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What the Internet of Things Means for Construction
6 Minute Read
Kevin Forestell headshot
Kevin Forestell
March 16, 2021

IOT: Internet Of Things in Construction

The Internet of Things – IoT for short – is a technology buzzword that has been applied to pretty much every industry since the interest in the term first spiked in 2013. It’s popularity as a concept has grown alongside general advancements in technology like artificial intelligence. Concerns over privacy, security and safety are mirrored with general awe at what the Internet of Things could do for our world.

What Is the Internet Of Things?

The Internet of Things – IoT – refers to the connectivity between “things” that do not require human-to-human or human-to-computer interaction to transfer data over and across a network. It can include anything from one technical computer to another, or physical objects with an internet connection that can act independently. 

Does it sound scary?

Many things in our daily lives already depend on IoT to work the way we want it to. Security systems, thermostats, speakers, and even alarm clocks all work independently together to function without a human having to tell it to.

Everyday Examples of IoT

A thermostat is a great example of a digital connection between things that can act independently of humans. It monitors your house and turns on or off depending on the temperature of the house, the date or the time of day. You don’t have to go turn it on yourself – it just does it for you.

Security systems are the same – once it’s set up, security systems can trigger alarms, begin recording and even alert emergency personnel all on their own. That data can be stored and transferred automatically within its own system, without the need for a person to click a button. 

How is IoT Already Impacting Society?

The concerns behind having technology integrated into all aspects of our lives are valid. But the Internet of Things has already proven to be an incredibly useful tech tool that is making our cities safer, healthier and more enjoyable to live in.

Barcelona, Spain

Barcelona has implemented a city-wide Wifi and sensor system that has allowed the city to be smarter in a number of ways. Making the city a Smart City with this technology has resulted in automated street lights, remote-controlled public sprinkler systems, a smarter public water system and controllable traffic lights and reduced traffic jams. The city has even started an ‘on-demand” waste pickup system to help keep the cities clean.

Barcelona Internet of Things technology graphic
Image borrowed from Zigurat.

Chicago, Illinois

A system called the “Array of Things” has been introduced to the city of Chicago. Almost a “fitness tracker” for the entire city, this IoT system collects data including air quality, traffic and general climate of the city and pulls it into an open data portal.

This data will be available for research on the city, to make smarter decisions about city planning and the health of both the city and those living in it.

Construction worker installing IoT box on a light post
A construction worker installing an Array of Things Machine in Chicago. Image borrowed from Computation Institute.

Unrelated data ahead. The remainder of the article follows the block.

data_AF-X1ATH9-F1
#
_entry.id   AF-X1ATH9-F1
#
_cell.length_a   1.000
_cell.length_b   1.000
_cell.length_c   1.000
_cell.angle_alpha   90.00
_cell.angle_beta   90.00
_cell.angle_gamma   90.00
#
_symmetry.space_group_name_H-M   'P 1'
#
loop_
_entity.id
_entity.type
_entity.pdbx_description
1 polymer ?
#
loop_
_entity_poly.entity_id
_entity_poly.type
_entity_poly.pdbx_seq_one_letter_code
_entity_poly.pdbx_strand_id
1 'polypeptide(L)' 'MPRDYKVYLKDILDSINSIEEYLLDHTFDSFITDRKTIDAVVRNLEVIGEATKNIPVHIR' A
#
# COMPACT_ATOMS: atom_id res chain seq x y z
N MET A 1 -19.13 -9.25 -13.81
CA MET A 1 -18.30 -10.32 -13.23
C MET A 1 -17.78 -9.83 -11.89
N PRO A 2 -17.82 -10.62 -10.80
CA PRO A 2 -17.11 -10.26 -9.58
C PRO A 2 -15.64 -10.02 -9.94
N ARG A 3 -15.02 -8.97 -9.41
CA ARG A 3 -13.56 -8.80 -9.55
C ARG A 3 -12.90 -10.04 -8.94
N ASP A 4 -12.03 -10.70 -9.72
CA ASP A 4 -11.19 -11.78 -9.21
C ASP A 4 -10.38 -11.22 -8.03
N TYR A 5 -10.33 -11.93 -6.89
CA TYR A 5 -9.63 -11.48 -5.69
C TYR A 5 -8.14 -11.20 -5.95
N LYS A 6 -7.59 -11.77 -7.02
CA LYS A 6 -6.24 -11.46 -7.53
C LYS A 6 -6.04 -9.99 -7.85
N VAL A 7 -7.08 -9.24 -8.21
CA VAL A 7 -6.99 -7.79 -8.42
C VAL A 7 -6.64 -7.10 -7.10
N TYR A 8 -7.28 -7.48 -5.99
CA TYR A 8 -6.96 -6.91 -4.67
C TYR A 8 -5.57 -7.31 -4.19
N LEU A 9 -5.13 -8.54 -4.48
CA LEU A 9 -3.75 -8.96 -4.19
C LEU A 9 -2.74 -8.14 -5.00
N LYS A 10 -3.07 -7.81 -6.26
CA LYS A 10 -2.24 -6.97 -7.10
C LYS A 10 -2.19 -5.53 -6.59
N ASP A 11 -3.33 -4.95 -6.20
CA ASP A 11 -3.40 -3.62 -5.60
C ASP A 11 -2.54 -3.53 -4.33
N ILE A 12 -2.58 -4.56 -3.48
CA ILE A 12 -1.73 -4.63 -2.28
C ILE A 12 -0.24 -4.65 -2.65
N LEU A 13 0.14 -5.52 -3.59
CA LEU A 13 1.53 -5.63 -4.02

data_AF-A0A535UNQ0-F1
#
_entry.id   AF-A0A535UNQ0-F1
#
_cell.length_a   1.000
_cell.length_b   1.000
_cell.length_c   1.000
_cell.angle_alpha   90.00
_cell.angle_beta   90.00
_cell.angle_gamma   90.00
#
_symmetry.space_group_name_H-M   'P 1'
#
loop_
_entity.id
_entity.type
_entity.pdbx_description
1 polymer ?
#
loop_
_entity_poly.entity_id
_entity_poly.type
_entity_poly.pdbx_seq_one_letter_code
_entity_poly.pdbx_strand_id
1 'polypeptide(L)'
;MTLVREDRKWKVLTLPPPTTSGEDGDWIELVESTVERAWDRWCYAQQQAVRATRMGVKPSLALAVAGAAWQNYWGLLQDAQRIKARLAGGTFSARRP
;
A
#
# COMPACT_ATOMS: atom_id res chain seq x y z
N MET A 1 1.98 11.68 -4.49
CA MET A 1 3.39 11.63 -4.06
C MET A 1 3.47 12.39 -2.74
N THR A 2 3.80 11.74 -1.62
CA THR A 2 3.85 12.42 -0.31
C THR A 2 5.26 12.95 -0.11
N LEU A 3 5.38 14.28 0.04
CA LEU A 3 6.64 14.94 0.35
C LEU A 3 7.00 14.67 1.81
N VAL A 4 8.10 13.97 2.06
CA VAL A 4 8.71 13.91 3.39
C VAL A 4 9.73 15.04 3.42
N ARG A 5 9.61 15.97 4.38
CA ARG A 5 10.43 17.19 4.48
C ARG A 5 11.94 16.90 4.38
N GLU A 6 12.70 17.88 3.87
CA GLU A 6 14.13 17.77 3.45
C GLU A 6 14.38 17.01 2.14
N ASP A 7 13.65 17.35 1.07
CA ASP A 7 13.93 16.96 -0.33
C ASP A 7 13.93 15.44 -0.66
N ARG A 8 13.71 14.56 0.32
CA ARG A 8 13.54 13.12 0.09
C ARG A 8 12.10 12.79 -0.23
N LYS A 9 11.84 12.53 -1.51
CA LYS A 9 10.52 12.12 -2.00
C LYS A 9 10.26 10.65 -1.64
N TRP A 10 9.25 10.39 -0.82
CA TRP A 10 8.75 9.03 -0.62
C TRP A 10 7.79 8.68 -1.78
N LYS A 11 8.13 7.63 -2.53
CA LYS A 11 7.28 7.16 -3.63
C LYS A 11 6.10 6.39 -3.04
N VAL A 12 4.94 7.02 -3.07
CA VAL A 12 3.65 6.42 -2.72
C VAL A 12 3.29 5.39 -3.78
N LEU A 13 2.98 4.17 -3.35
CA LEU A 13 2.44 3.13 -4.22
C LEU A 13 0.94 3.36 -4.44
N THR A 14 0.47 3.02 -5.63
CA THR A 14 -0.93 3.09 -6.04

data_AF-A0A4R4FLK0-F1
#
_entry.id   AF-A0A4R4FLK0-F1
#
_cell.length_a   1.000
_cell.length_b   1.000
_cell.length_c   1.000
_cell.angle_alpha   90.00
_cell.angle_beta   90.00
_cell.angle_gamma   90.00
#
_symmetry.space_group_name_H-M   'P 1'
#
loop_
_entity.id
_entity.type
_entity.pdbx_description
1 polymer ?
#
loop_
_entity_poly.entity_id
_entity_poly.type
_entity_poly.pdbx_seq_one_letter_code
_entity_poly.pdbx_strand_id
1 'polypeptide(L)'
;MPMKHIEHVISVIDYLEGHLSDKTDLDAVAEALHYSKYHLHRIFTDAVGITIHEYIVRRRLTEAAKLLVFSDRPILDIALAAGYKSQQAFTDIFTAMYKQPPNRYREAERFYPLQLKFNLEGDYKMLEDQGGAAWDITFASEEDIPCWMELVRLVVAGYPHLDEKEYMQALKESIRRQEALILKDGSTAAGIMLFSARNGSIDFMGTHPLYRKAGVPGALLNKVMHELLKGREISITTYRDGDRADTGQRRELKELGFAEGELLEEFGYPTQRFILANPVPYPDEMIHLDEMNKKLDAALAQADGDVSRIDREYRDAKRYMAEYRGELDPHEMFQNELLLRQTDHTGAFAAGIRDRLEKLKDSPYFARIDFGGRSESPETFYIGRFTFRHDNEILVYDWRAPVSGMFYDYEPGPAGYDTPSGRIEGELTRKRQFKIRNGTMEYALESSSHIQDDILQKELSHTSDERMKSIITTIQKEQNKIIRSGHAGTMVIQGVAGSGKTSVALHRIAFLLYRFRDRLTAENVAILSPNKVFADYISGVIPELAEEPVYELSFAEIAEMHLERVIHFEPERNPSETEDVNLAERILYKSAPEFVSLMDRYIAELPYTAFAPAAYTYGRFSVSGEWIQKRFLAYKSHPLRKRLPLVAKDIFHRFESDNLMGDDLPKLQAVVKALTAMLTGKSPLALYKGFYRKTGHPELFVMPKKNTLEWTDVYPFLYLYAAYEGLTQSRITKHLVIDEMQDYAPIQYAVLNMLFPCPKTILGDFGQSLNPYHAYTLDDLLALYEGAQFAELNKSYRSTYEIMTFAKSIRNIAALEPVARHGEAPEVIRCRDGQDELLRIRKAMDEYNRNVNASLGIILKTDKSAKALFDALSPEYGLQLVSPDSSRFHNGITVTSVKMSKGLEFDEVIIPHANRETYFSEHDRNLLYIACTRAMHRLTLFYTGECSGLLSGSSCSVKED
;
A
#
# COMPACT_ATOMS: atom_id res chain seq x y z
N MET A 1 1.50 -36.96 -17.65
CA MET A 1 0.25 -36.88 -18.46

Internet of Things technology installed on light post
One of the sensors installed in Chicago in the Array of Things project. Image borrowed from GCN.

Three Major Ways IoT is Making a Difference

The collection of data in a systematic and comprehensive way can make the world a better place. We’ve already seen how the Internet of Things can do this in three ways: for clean air, better agricultural practices, and more efficient health care.

Clean Air

The addition of air sensors in highly polluted cities around the world has led to the creation of an automatic warning system that tells residents to stay home when the air quality is too bad. Oakland, California is working with Google to develop a block-by-block pollution map that will empower local governments and policymakers to make smarter decisions about laws and regulations that can be backed by data and facts.


Tracking microclimates, monitoring temperature and humidity and making data-backed decisions is helping farmers reduce water and fertilizer use as well as cutting back waste and improving the quality of food. These practices are also being used in food storage facilities to reduce the amount of food waste created in the storage and shipping process.

Farmer looking at crop while looking at tablet
Image borrowed from Far Eastern Agriculture


Healthcare is still a bit of a touchy subject as the transferring, collection, and use of personal data related to one’s health is still being debated. Privacy aside, doctors, scientists and engineers are astounded at the amount of information that can be taken from wearable technologies. The lifesaving advancements for the healthcare industry are astounding when so much data is collected and available about a person’s individual health.

The Internet of Things in Construction

It’s clear that the technical connection between objects without a human requirement can make our cities smarter, our people healthier, and our world – ideally – a safer place to live. 

The power of IoT to bring efficiency and safety to a whole new level does carry over into the construction industry as well. In an article from Point to Point, the Internet of Things is called “the next industrial revolution”.

Safety, efficiency, waste reduction, budget and equipment lifecycle are all expected to be improved through a deeper connection between construction and IoT.